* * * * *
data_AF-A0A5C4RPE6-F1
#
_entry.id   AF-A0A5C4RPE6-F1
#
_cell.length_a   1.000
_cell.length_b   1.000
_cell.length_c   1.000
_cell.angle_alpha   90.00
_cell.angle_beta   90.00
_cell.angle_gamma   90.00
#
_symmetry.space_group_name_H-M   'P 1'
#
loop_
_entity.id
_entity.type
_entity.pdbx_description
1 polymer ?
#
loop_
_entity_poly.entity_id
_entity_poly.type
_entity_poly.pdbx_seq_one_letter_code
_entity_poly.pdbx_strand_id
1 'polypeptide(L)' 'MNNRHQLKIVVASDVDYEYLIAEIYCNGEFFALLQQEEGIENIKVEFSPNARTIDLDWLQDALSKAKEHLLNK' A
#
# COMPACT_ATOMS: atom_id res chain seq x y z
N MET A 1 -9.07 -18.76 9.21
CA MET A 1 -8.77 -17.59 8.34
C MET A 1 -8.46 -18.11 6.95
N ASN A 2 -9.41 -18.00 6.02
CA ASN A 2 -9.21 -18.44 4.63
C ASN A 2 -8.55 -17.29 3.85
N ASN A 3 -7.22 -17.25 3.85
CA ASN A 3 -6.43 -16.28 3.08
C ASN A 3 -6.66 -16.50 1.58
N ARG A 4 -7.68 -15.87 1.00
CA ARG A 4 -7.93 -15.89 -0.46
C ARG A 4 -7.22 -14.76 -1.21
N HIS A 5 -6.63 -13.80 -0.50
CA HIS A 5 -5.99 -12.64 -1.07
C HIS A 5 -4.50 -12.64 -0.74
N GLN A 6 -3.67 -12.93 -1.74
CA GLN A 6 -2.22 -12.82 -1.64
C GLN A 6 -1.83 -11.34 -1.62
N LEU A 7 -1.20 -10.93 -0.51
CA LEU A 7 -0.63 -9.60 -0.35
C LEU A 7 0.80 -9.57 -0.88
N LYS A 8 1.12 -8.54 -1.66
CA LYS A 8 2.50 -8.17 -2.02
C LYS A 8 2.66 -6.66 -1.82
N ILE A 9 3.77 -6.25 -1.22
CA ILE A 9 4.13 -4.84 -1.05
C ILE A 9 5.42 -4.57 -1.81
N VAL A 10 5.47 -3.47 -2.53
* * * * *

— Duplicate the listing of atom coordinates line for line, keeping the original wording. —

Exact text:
data_AF-A0A5C4RPE6-F1
#
_entry.id   AF-A0A5C4RPE6-F1
#
_cell.length_a   1.000
_cell.length_b   1.000
_cell.length_c   1.000
_cell.angle_alpha   90.00
_cell.angle_beta   90.00
_cell.angle_gamma   90.00
#
_symmetry.space_group_name_H-M   'P 1'
#
loop_
_entity.id
_entity.type
_entity.pdbx_description
1 polymer ?
#
loop_
_entity_poly.entity_id
_entity_poly.type
_entity_poly.pdbx_seq_one_letter_code
_entity_poly.pdbx_strand_id
1 'polypeptide(L)' 'MNNRHQLKIVVASDVDYEYLIAEIYCNGEFFALLQQEEGIENIKVEFSPNARTIDLDWLQDALSKAKEHLLNK' A
#
# COMPACT_ATOMS: atom_id res chain seq x y z
N MET A 1 -9.07 -18.76 9.21
CA MET A 1 -8.77 -17.59 8.34
C MET A 1 -8.46 -18.11 6.95
N ASN A 2 -9.41 -18.00 6.02
CA ASN A 2 -9.21 -18.44 4.63
C ASN A 2 -8.55 -17.29 3.85
N ASN A 3 -7.22 -17.25 3.85
CA ASN A 3 -6.43 -16.28 3.08
C ASN A 3 -6.66 -16.50 1.58
N ARG A 4 -7.68 -15.87 1.00
CA ARG A 4 -7.93 -15.89 -0.46
C ARG A 4 -7.22 -14.76 -1.21
N HIS A 5 -6.63 -13.80 -0.50
CA HIS A 5 -5.99 -12.64 -1.07
C HIS A 5 -4.50 -12.64 -0.74
N GLN A 6 -3.67 -12.93 -1.74
CA GLN A 6 -2.22 -12.82 -1.64
C GLN A 6 -1.83 -11.34 -1.62
N LEU A 7 -1.20 -10.93 -0.51
CA LEU A 7 -0.63 -9.60 -0.35
C LEU A 7 0.80 -9.57 -0.88
N LYS A 8 1.12 -8.54 -1.66
CA LYS A 8 2.50 -8.17 -2.02
C LYS A 8 2.66 -6.66 -1.82
N ILE A 9 3.77 -6.25 -1.22
CA ILE A 9 4.13 -4.84 -1.05
C ILE A 9 5.42 -4.57 -1.81
N VAL A 10 5.47 -3.47 -2.53